The controversial conclusion of a study on the average capital of European citizens per country, elaborated by the European Central Bank (ECB) and published last Tuesday, is that the average Spaniard is richer (and much more so) than his German counterpart.
At a time when southern Europe calls for the “solidarity” of its supposedly wealthier northern neighbors, it is surprising to learn that, in fact, in terms of private capital, things are not what they seem. According to figures from the ECB, the average net assets (minus all debts) of an average Spanish citizen totaled 291,400 euros, compared with 195,200 for Germans, 233,400 for the French, 170,200 for the Dutch or 275,200 for the Italians (the second highest). If these data are correct (in Spain they were collected in 2008 before the housing bubble had fully burst), it would mean that the average Spaniard is 50% richer than the average German, 25% richer than the French and 71% richer than an average citizen from the Netherlands.
This is not all. In fact, if we look at the medium -that is, those Spaniards located in the middle of an imaginary list going from the richest to the poorest, the difference is even greater: the median in Germany is 51,400 euros, 115,800 euros in France and 103,600 euros in the Netherlands of EUR, while in Spain it totaled 182,700 euros followed by 173,500 euros in Italy.
While the Germans account for 28.7% of European households, they have only 24.3% of Europe’s wealth, while the Spanish, with 12.3% of households, has 15.6% of the EU’s capital.
Incidentally, a special case in all these comparisons is Cyprus. Its citizens, with an average of € 670,900 (266,900 euros of medium) are the second richest in the EU after Luxembourg.
The key to this surprising data is the different ownership structures between citizens of one country or another. Spaniards and Italians have a huge love of bricks and mortar. That is, they want to own their homes. And the truth is that they do: 82.7% of the Spanish and 68.7% of Italians own their own homes, compared with 44.2% of Germans and 55.3% of the French.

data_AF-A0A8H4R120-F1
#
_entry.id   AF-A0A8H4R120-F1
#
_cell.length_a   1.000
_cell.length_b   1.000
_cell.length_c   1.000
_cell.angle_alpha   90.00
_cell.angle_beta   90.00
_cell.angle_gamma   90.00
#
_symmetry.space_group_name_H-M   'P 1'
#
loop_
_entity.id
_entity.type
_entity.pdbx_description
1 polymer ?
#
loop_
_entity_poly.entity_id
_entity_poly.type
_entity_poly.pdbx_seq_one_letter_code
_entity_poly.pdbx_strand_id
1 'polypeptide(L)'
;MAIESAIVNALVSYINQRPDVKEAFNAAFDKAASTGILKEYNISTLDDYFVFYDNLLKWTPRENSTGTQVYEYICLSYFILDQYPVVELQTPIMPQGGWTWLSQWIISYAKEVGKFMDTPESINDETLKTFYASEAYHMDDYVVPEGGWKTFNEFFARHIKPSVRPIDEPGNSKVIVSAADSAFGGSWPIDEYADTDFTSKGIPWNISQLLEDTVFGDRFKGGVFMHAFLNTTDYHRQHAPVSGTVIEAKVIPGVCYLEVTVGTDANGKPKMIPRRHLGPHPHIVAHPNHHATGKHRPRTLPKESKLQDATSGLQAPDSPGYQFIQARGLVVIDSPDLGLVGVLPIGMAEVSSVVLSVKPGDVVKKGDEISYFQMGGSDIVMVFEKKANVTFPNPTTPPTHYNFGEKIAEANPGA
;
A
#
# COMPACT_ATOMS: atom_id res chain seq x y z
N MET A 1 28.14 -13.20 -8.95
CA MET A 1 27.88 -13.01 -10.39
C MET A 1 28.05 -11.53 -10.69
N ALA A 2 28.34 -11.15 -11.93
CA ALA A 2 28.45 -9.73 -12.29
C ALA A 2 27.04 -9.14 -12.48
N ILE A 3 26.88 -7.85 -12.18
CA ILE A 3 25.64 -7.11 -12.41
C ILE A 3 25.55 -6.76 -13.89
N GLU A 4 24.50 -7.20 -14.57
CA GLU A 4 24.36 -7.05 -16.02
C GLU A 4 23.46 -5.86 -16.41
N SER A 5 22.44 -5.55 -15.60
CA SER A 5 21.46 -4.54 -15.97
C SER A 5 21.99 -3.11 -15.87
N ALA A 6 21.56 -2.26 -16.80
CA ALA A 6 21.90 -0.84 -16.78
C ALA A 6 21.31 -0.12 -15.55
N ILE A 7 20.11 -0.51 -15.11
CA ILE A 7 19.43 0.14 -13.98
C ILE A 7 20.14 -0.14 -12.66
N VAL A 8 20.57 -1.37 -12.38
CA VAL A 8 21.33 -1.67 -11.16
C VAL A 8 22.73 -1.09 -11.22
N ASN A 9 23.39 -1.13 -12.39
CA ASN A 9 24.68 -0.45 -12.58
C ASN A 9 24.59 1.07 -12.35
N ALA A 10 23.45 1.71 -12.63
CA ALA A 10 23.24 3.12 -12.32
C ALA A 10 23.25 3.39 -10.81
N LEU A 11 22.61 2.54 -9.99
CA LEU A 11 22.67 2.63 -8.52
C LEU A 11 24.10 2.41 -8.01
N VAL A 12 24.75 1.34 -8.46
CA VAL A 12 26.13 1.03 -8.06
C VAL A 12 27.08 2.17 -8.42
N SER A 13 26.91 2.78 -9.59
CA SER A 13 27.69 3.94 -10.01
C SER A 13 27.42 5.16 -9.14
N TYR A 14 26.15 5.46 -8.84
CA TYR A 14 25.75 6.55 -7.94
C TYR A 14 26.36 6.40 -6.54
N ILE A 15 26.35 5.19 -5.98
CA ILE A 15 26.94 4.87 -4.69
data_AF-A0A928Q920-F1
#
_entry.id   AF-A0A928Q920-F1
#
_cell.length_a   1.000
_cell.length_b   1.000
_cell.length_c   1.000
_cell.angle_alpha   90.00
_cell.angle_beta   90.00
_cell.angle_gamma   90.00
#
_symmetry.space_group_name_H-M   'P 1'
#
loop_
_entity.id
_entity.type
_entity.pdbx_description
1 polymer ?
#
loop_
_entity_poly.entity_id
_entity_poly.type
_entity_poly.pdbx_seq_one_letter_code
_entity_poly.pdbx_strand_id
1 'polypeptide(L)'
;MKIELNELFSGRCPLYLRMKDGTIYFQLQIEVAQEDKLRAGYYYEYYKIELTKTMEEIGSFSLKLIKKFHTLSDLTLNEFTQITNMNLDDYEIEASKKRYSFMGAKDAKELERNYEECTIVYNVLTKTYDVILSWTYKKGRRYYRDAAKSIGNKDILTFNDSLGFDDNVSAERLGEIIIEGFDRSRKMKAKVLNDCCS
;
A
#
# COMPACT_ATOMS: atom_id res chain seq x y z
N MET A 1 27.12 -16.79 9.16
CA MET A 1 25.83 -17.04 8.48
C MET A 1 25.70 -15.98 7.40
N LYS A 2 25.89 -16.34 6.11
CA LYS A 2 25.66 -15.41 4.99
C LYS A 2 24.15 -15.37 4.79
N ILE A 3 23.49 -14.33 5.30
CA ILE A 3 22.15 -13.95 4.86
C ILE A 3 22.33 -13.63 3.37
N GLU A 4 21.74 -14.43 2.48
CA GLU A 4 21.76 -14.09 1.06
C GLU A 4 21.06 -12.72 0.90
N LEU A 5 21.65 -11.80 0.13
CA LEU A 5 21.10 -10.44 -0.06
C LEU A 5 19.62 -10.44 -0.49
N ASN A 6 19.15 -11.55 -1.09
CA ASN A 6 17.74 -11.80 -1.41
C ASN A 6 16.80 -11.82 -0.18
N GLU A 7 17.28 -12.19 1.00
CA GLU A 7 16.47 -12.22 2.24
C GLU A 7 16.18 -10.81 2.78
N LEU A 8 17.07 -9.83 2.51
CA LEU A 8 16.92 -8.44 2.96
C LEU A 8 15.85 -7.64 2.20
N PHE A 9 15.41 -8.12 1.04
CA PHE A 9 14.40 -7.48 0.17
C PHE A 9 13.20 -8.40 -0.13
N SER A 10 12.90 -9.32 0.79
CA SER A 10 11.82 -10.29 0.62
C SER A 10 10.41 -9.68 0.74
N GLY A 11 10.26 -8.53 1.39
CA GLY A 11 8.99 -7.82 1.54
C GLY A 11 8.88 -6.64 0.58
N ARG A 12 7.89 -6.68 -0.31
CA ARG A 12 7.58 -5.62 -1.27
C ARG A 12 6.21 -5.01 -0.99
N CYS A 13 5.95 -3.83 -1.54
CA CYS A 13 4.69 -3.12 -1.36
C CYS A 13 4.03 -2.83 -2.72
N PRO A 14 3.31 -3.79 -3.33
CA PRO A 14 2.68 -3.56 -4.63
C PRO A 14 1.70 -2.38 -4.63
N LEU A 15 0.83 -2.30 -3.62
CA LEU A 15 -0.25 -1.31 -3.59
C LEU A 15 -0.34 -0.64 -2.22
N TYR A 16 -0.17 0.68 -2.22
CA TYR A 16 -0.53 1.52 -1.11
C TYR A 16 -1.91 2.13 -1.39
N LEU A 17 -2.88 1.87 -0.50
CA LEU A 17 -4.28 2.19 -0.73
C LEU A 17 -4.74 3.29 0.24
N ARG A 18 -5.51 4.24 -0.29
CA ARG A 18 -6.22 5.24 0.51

The average capital among Spanish homeowners is 337,900 euros, after deducting outstanding mortgage debt; while the capital of non-homeowners is 68,900 euros. German homeowner’s average capital is higher, 381,200 euros. The problem is that many Germans do not own property.
Obviously, other factors should be taken into account. First, the average income in Spain is still well below that of its northern neighbors. And this is important because homeownership burdens become heavier when the family’s income is lower. On the other hand, we must keep in mind that one has to live somewhere.
Furthermore, it should be noted that only 5.6% of Spaniards have mutual funds, compared with 17% of Germans or Dutch, and only 23% have private pension plans, compared to 46% of Germans and 50% in the Netherlands. This will mean, in the future, that citizens from these countries will have higher incomes, but also face an extra expense that homeowners will not have to face.
So, the question is: which is better, having a larger capital but a lower income, or having a higher income in exchange for lower equity?